- Extension of the sense of self to include the partner - "becoming one person"
- Complete loss of a sense of self - "feeling at one with the universe"
As I said earlier, we’re not talking about this as just a metaphor for a strongly empathic experience. All of the couples I talked to could have described many moments like that. A statement like, “The experience was so intense that I almost felt like I could feel what my partner was feeling” would not be especially remarkable. But it’s clear that most of these couples were describing something that goes one crucial step further, a feeling of actual merger, of feeling like you are really sharing one body and one nervous system.
I’m not going to claim that such a physical or neurological or “psychic” connection actually takes place, but it’s clear that the perception that it happens is quite powerful. I regularly experience this myself, and it feels very real even though I’m quite aware while it's happening that it isn’t literally true. Whether you call it an illusion, or a hallucination, or a subjective experience, it takes a strong dose of rational skepticism not to believe it is actually happening. The question is, why does this occur so often in the context of Tantra?
To understand it, we need to look at several odd, but well documented, mental phenomena.
Thinking with Our BodiesHumans, like all primates and most social mammals, frequently imitate the posture, movements, and expressions of other members of their social group. Part of this is learning behavior: monkey see, monkey do. A person, particularly a child, watching someone do something, will often adopt the same posture and try to imitate the same movements.
But a lot of mirroring is also signaling behavior: we’re alike, see? And a lot of it reflects an apparent attempt at a kind of mindreading: if I put myself in your position – literally! – I will feel what you feel, and that will help me understand you and how to interact with you.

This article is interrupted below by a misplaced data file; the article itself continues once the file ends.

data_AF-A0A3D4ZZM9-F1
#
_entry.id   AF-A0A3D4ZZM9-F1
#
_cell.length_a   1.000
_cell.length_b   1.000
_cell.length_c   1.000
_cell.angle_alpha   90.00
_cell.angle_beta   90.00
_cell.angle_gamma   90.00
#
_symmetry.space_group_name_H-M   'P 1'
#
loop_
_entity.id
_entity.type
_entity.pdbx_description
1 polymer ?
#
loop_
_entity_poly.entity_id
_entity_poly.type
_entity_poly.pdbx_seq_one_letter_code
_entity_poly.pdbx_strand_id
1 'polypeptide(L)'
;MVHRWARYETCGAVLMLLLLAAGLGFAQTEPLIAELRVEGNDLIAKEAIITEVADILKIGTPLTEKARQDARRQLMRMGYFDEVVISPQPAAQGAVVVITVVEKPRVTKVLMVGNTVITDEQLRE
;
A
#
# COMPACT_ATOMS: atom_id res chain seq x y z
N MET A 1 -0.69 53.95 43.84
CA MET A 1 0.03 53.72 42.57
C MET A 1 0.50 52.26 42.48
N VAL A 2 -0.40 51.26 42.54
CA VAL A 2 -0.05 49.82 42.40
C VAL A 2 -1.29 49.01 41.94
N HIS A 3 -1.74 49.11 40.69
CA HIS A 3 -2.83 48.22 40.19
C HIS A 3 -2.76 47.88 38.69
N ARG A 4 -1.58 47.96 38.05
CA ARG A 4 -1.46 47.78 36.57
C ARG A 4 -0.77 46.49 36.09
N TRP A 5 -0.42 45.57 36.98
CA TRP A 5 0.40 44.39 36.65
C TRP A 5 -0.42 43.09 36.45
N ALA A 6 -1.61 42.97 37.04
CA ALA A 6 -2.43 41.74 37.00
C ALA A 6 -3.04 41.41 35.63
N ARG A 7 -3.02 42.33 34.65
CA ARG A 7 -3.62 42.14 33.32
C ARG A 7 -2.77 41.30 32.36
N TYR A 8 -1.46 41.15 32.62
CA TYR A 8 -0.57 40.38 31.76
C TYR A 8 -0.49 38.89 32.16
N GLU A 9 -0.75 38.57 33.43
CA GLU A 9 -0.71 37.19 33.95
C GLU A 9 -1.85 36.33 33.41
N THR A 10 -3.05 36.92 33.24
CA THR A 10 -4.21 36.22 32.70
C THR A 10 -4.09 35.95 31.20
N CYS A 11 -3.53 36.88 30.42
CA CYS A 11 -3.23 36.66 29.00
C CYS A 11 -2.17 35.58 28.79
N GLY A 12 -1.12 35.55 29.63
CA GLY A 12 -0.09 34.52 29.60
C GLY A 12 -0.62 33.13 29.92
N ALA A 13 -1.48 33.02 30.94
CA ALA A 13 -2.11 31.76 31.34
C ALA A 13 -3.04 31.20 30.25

One of the things that is so interesting about this is how accurate it is. Little babies can mimic facial expressions, but how do they know that the expressions on their own faces are the same as the ones they see in front of them? Remarkably, even babies who have never seen themselves in a mirror can do this. (Even new-born macaques can do it!)
Furthermore, the imitation includes much more than just expressions. When one newborn baby starts to cry, other newborns look distressed, and many will cry too. Why? How do they know that the other baby is unhappy? Why do they share the other baby’s distress?
One explanation is the same one I mentioned earlier, that in many cases emotions and their expressions are a two-way street. We know experimentally that smiling can make you happier. So can seeing someone else smile. But what is going on inside our heads that makes this happen?
We think that the reason emotional expression affects emotion is tied to the way the brain is organized as many semiautonomous subsystems that work in parallel. Often, one part of your brain becomes aware of what some other part of the brain is doing only in an indirect way, and the most common way is actually through the body itself. Quite often, for example, your conscious mind only finds out that you have solved a puzzle when you start to say or write the answer or push a button or click a mouse. When you speak, you often literally don’t know what you are going to say until you hear the words coming out of your own mouth.
Our bodies are filled with nerves that report back to us on the position, tension, pressure, and motion of our body parts. Every twitch of a muscle fiber, every slight change in a tendon or chemical level is reported back, and to a fairly astonishing degree, we think with our bodies as well as our minds. Our thoughts are written onto our muscles, organs, and glands, and our senses report back and influence our thoughts. Many of our bodily metaphors for emotions, for example, turn out to be quite literally true. Emotional “pain” and physical pain are indistinguishable in brain scans. “Gut feelings” light up parts of the brain physically associated with the gut. Moral disgust lights up the same areas as rotten food!
The brain consists of many systems that run in parallel, which means that there are parts of our brain that really don’t know that we are happy until we smile, grin, laugh, or at least send a subcritical version of these muscle signals to the motor cortex. In effect, parts of the brain communicate with other parts of the brain using external signals. Even if those signals occur for other reasons – like faking a smile – the parts of the brain that are watching for them still accept them as evidence of the emotion: “I’m smiling. That means I’m happy. Yay!”
But that still doesn’t explain why we react to other people’s emotional cues or are so good at imitating their posture and movements. For that we have to turn to a remarkable part of the brain that has evolved to allow us to do just that.
Mirror NeuronsOne of the most fascinating discoveries in brain science in many years has been the discovery of networks of neurons, called mirror neurons, that fire in patterns corresponding to other people’s movements and expressions. To quote from Wikipedia: